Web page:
Price also told the second witness he killed Thomas and Davis after learning they were transgender at some point after the three were smoking marijuana together, Newsham said.

Queen Washington, Davis’s mother, who was fully supportive of her daughter’s status as a transgender person, told the Blade this week she strongly disputes the claim that Price did not know Thomas and Davis were transgender.

Washington said that since learning of the witnesses’ statements that Price confessed to the two murders and his motive for the killings was his reported discovery that Thomas and Davis were transgender, she has spoken with people who knew the two trans women from the Marshall Heights neighborhood in Southeast D.C. where they lived.

“It’s a lie,” she said. “Everybody in the neighborhood knew who Stephanie and Ukea were, that they were transgender,” Washington told the Blade on Tuesday.

Washington said that in the past few days she remembered that at the time of the murder, and even before the murder, people who knew her daughter and Ukea Davis told her Price, who also lived in the neighborhood, knew the two trans women and clearly knew they were transgender.

“He lived only a few blocks from Stephanie and his name would come up,” Washington said.

“Nobody believes this story by these witnesses that Price was shocked when he learned they were transgender,” Washington said. “I think Michael Price liked Stephanie,” she said. “My thought on the motive is Stephanie had a relationship with Price and something went wrong and he killed her.”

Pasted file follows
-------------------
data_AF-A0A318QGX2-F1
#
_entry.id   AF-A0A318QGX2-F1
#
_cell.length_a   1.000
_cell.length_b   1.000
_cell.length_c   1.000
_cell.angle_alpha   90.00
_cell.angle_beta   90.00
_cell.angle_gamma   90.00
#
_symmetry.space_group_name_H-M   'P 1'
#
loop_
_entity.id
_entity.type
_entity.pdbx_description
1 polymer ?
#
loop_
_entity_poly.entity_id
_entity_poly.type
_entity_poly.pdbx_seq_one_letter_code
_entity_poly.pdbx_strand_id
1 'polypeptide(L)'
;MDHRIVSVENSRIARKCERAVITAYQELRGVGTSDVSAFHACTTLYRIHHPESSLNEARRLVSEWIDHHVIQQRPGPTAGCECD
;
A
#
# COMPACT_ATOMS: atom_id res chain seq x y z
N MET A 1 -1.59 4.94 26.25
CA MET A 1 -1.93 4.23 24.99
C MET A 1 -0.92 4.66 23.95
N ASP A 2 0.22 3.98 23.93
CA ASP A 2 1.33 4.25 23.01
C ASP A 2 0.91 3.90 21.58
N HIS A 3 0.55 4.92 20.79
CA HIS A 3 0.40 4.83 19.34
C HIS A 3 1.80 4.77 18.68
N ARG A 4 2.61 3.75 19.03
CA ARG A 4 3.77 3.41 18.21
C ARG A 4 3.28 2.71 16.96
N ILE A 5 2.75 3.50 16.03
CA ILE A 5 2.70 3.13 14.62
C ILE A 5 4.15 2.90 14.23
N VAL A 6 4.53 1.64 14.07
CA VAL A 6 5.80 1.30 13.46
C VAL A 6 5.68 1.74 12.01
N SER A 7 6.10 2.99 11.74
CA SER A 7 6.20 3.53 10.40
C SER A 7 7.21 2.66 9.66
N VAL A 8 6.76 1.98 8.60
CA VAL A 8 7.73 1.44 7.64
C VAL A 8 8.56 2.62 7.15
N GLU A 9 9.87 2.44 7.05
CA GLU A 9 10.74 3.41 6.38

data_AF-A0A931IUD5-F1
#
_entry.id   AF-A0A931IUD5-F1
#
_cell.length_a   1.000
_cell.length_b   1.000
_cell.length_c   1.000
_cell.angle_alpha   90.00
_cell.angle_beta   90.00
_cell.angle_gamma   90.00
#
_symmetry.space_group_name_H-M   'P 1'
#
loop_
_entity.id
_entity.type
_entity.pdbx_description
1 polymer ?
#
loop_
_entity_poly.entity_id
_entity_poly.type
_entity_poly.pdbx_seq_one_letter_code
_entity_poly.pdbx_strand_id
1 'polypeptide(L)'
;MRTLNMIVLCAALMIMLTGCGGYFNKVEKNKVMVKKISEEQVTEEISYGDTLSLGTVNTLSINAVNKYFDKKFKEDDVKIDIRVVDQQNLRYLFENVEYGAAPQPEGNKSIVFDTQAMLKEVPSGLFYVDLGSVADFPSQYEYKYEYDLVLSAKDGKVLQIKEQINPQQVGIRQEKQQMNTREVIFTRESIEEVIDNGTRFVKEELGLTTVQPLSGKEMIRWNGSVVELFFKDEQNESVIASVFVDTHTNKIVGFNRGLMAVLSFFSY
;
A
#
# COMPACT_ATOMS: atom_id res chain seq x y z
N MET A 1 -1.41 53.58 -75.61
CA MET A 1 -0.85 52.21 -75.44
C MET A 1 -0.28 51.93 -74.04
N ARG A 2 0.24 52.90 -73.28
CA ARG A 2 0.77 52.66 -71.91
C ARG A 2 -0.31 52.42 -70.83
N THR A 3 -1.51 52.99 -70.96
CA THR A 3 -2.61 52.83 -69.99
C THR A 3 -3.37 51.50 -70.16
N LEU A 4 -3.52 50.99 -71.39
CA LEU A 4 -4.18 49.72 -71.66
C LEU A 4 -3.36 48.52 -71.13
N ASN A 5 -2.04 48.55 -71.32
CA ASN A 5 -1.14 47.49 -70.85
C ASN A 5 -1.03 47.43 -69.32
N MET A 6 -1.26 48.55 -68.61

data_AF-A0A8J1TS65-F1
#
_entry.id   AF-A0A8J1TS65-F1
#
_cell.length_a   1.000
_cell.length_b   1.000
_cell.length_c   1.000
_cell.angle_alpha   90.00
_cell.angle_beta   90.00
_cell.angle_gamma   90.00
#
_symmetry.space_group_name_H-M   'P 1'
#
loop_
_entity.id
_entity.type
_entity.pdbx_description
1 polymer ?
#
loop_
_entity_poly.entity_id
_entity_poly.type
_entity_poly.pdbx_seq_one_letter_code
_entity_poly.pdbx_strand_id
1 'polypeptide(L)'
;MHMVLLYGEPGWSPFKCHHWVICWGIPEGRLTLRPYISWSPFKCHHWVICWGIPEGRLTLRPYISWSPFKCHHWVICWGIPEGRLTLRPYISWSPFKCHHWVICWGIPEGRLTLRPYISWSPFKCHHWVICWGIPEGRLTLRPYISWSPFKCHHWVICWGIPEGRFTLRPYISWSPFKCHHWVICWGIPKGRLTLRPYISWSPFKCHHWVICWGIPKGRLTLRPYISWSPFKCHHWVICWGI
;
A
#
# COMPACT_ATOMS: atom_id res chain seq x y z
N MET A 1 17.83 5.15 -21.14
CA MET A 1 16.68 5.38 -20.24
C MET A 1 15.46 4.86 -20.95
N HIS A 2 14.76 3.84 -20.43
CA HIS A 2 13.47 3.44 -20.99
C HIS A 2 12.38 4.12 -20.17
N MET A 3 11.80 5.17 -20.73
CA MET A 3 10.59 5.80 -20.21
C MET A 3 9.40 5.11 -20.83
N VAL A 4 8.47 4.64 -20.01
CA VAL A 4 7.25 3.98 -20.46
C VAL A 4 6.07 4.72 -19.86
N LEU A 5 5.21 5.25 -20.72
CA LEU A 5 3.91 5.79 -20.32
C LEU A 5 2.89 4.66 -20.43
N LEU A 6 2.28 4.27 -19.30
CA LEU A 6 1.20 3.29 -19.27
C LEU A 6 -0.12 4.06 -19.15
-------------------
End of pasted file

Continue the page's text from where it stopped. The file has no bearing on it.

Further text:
LGBTQ activists have said men charged with murdering transgender women often use the so-called “trans panic defense” as an alibi for their action, saying they were shocked when they learned a woman with whom they had a sexual encounter turned out to be transgender. Activists and others familiar with crimes against transgender people say the panic defense is often used as an excuse by perpetrators who knew all along that their victims were transgender and had other motives, including hatred, for committing the crime.

Washington also said she and others in the neighborhood where her daughter and Davis lived at the time of the murder believe at least one other man participated in the shooting of the two women.

She said that people in the neighborhood believe a close friend of Price, Ricardo Smith, who went by the nickname Black, is believed to have been an accomplice to Price in the murder of Thomas and Davis.

Some of the neighbors believed Smith aka Black was the driver of a third car that blocked Stephanie Thomas from escaping from Price, who neighbors believe was chasing Thomas’s car minutes before she and Davis were shot to death.